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‘The French Dispatch’ is a damn good time

It feels almost too meta to be writing a journalistic piece on a film whose structure, narrative and thematic occupation are dictated by journalism, but I shall embrace the spirit of Bill Murray’s character and do my best to make this article sound like I “wrote it that way on purpose.”

In his newest project, The French Dispatch, Wes Anderson takes on the tricky task of the anthology film. Three main stories break up the narrative with the structure resembling the layout of the newest memorial edition of ‘The French Dispatch’ newspaper. The anthology film is not always easy to master, but Anderson once again provides innovative and creative storytelling to his structure and narrative layout.

Whilst on my first watch I did feel as though the film slightly lost momentum during the third story, perhaps because it was the most complicated or hard to follow, on a second watch I felt the pace held firm. In fact, practically everything about it was more enjoyable on a second watch: this is the kind of film you will need to see again and again.

His idiosyncratic style is in full swing here, to the point where it almost feels aggressive

Anderson is, in my biased opinion, one of the most successful auteurs of our time, and The French Dispatch displays this perfectly. His idiosyncratic style is in full swing here, to the point where it almost feels aggressive. The colours, the symmetry, the compositions, the fast-paced dialogue, the cheerful score – it was almost too much for my Anderson obsessed self to deal with. I can only take so much serotonin, Wes! 

The film’s distinct and consistent style has led some to argue that it’s all style and no substance. Personally, I feel that this view of the film comes from the script’s emotional detachment, rather than its supposed lack of material. The world of The French Dispatch is shown from an ironic narrative distance and the characters, whilst lovable and funny, are unlikely to make you cry.

Set in the backdrop of a fictional France’s complicated political climate, Anderson has every

opportunity to be political, and yet he refuses to be. He shifts focus from protest, incarceration, war, and revolution to art, industry, food, and love. In the first story, the police system and the hierarchy of officer and prisoner is replaced with artistic expression and romance.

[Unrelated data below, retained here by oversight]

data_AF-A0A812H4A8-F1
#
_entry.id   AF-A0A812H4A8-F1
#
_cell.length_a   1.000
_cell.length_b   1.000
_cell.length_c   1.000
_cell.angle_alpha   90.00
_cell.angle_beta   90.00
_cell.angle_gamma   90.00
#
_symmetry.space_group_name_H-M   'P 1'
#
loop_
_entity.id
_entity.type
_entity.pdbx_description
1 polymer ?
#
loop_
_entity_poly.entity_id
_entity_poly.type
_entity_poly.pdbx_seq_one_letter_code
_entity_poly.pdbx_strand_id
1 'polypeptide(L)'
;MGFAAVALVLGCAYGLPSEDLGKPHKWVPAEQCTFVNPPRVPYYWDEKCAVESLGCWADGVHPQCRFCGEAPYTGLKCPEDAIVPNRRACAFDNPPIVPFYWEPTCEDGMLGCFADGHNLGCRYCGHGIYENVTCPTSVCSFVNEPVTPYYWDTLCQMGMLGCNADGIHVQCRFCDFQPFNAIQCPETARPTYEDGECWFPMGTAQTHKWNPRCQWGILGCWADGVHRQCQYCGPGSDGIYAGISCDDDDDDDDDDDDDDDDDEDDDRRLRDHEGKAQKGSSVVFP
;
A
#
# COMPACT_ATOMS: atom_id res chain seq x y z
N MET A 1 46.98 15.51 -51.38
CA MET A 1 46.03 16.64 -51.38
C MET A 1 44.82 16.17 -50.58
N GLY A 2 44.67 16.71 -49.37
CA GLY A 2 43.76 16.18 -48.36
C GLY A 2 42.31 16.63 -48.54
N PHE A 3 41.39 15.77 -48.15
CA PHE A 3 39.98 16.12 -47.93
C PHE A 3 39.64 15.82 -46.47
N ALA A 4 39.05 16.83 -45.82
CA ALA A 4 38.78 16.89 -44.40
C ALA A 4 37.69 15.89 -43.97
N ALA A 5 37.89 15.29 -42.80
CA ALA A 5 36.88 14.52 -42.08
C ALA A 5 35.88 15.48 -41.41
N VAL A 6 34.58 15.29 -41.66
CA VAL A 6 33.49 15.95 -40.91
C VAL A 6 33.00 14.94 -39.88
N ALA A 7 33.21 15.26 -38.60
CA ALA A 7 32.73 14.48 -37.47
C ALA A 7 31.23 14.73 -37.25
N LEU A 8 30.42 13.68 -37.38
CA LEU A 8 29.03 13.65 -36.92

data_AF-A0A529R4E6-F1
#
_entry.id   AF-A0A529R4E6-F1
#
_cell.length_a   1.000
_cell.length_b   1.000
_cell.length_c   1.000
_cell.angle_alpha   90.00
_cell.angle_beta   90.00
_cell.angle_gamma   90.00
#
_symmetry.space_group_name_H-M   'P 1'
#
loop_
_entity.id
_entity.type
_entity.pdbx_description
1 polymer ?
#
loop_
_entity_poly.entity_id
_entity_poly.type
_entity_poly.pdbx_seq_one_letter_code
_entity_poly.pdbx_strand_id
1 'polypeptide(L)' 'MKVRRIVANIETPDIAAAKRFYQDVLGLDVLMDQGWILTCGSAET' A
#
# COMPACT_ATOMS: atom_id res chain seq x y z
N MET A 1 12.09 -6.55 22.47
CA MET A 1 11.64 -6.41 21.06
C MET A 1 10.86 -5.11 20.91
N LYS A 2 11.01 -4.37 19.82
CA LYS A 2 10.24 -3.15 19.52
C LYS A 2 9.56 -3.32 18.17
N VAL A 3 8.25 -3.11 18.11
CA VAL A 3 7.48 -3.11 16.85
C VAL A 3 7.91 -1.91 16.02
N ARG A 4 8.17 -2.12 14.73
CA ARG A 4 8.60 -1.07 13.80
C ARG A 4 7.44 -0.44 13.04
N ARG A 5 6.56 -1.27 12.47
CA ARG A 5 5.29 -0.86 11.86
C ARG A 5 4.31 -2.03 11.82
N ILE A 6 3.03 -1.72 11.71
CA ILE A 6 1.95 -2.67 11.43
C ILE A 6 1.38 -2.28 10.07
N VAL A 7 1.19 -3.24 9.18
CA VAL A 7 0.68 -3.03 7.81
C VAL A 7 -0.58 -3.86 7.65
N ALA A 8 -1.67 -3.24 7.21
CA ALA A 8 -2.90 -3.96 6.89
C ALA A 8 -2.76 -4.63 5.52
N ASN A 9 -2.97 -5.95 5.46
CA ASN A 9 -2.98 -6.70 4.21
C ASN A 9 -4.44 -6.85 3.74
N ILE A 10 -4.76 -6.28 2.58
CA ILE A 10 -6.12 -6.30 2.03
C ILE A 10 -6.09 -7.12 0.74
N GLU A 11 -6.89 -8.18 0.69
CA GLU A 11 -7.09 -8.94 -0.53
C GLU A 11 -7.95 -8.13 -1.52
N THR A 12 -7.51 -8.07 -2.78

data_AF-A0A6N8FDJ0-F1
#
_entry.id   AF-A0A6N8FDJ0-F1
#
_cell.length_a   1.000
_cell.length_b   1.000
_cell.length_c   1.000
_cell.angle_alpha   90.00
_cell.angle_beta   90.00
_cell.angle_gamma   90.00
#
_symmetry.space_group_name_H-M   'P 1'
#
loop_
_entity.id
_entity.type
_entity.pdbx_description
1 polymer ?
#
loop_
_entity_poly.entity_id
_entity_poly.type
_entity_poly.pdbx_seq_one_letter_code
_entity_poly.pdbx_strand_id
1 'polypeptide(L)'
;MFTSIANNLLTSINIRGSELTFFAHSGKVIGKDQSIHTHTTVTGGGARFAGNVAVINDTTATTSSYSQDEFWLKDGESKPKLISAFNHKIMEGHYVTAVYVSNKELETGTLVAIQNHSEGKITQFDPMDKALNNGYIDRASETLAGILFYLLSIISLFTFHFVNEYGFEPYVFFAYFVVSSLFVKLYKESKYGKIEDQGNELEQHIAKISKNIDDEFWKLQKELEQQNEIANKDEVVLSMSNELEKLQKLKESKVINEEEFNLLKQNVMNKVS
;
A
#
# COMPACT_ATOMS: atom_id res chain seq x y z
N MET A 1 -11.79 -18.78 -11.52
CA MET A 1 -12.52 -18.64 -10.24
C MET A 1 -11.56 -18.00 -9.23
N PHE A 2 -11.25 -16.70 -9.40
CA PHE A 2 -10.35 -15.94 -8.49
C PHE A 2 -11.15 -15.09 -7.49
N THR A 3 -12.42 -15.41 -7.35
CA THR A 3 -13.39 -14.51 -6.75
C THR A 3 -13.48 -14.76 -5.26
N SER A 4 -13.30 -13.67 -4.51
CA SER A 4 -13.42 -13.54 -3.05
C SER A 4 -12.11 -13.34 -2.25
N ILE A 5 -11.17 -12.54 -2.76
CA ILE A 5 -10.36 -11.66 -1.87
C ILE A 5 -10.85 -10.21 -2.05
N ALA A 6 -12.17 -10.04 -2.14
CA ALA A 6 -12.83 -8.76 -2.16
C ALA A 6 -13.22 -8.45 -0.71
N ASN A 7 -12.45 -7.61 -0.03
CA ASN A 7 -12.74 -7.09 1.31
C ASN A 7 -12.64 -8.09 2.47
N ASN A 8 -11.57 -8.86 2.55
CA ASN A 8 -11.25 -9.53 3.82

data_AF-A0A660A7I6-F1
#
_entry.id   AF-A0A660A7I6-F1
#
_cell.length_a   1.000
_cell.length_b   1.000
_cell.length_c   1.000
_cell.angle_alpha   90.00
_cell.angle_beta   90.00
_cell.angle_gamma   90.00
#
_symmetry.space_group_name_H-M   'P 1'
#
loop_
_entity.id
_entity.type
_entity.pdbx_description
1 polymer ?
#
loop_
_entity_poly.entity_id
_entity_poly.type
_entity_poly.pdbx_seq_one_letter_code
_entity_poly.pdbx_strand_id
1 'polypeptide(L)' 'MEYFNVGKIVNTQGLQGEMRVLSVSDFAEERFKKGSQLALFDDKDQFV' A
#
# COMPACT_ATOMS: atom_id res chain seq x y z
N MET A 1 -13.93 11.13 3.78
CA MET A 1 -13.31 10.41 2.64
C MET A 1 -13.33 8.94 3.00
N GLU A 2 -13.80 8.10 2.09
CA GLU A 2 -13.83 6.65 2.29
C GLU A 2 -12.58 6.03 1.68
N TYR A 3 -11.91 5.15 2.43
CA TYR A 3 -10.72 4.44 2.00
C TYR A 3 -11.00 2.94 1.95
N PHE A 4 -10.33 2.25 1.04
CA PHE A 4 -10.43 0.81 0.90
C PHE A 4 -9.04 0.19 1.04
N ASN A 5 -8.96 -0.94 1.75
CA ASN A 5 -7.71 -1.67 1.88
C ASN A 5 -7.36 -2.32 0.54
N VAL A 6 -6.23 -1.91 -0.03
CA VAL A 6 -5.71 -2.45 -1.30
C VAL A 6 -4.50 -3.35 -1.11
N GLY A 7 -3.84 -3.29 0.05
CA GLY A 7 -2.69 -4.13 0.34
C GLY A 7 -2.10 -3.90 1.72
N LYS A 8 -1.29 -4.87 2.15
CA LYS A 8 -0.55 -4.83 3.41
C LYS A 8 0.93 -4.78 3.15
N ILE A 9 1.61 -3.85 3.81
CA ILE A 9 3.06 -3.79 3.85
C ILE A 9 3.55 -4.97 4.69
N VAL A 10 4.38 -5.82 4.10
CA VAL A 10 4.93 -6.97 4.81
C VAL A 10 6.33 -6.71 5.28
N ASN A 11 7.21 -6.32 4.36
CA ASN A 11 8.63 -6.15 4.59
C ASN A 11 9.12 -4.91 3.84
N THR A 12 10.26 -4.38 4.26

In the second, we do not hear the political views of the teenage subjects’ revolutionised minds. In fact, we don’t hear any of the manifesto crafted by Timothée Chalamet’s character at all; every time someone begins to read from it, McDormand’s narration cuts in, shifting us to a journalistic perspective. When an escape plan is being constructed and described in the third story, priority is given to the detailing of the food being served at the same time. 

Thanks to its satirical approach, it never feels arrogant in its artistic orientation

The French Dispatch replaces politics with art and the relationship between a story and its journalistic account. Thanks to its satirical approach, it never feels arrogant in its artistic orientation. The newspaper writers are exaggerated caricatures and the arrogance and pretension within the industries of art and journalism are highlighted in humorous ways. This lack of engagement in political commentary could be viewed as a point of criticism, but to this I say that anyone who expects a Wes Anderson film to provide woke commentary should not waste their money on the cinema ticket.

Instead, The French Dispatch fulfils the aim of providing audiences with a good time. You can really feel the fun in the humour, the playfulness of the hyperbolic fast-paced language delivered in perfect deadpan, the shot compositions, and the creative way that the narrative unfolds. The acting performances and cameos add another layer of fun, with Adrien Brody alone making the film in his neurotic art dealer role. Mix all these elements together and it makes for a very enjoyable watch.

If you don’t like Wes Anderson, you are unlikely to warm to The French Dispatch, as it is perhaps his most stylistically indulgent and narratively creative film yet. However, if, like me, you are a fan of all or any of his previous works then go and watch it immediately and indulge in the entertaining world he creates.

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